Thursday, April 9, 2009

California Foreclosures About To Soar

In light of the market moving preannouncement by WFC, which as David Faber points out may have used some "leeway" with the marks on the company's mortgage related assets, it makes sense to present some California foreclosure data to show just how hot the refi market really is. We grab the following data and charts from the excellent Field Check Group blog.

The bottom line is that there is a massive wave of actual foreclosures that will hit beginning in April that can’t be stopped without a national moratorium — this wave is so big I would not put it past them trying it.

CA foreclosure background - in mid-2008 the foreclosure wave was artificially held back as a result of the CA law SB1137 enacted in Sept 2008. This also kept NOD’s and NTS’s at much lower levels than the actual defaults that were occurring. Other bubble states and several banks/servicers also went on random moratoria and the foreclosure wave was held back for the past six months. But just like so many other intervention and moratoria in the past, the problem just comes out the other side even more violent than if they would have done nothing. Adding insult to injury, the GSE’s announced this week that they were coming off moratorium, which could increase foreclosures by 20-25% alone.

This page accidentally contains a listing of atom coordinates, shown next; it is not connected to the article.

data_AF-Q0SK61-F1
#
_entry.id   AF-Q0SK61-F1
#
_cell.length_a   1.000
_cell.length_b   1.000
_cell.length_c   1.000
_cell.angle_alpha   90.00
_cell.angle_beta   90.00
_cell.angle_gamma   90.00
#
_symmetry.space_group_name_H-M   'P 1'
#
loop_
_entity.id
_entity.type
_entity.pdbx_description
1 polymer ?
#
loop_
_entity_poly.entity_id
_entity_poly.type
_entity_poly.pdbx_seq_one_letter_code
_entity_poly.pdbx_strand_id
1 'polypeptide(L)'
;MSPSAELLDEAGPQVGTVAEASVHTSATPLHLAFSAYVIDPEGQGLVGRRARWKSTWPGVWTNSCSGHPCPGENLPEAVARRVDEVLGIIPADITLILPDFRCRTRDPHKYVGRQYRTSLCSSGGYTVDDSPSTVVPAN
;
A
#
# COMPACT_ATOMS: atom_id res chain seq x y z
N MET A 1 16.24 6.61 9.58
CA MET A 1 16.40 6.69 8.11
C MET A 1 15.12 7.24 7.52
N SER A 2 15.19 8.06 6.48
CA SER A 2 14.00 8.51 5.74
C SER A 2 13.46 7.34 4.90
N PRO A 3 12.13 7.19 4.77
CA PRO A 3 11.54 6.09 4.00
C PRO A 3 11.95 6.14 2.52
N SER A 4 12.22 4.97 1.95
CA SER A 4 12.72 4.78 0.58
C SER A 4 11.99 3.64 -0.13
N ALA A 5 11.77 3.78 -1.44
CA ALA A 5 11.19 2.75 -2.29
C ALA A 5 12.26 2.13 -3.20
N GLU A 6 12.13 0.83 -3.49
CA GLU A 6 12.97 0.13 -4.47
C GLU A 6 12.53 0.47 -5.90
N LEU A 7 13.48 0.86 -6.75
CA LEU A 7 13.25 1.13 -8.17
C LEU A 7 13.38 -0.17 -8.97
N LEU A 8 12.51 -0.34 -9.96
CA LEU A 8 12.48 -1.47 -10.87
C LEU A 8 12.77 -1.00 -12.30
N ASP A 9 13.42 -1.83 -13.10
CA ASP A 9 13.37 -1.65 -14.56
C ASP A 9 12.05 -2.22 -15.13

The headlines in the near future will read:

Circa April 12th - “March Foreclosures Drop Sharply but Foreclosure Starts at Record Highs”

Circa May 12th- “April Foreclosures Surge 200% and Foreclosure Starts Remain at Record Highs”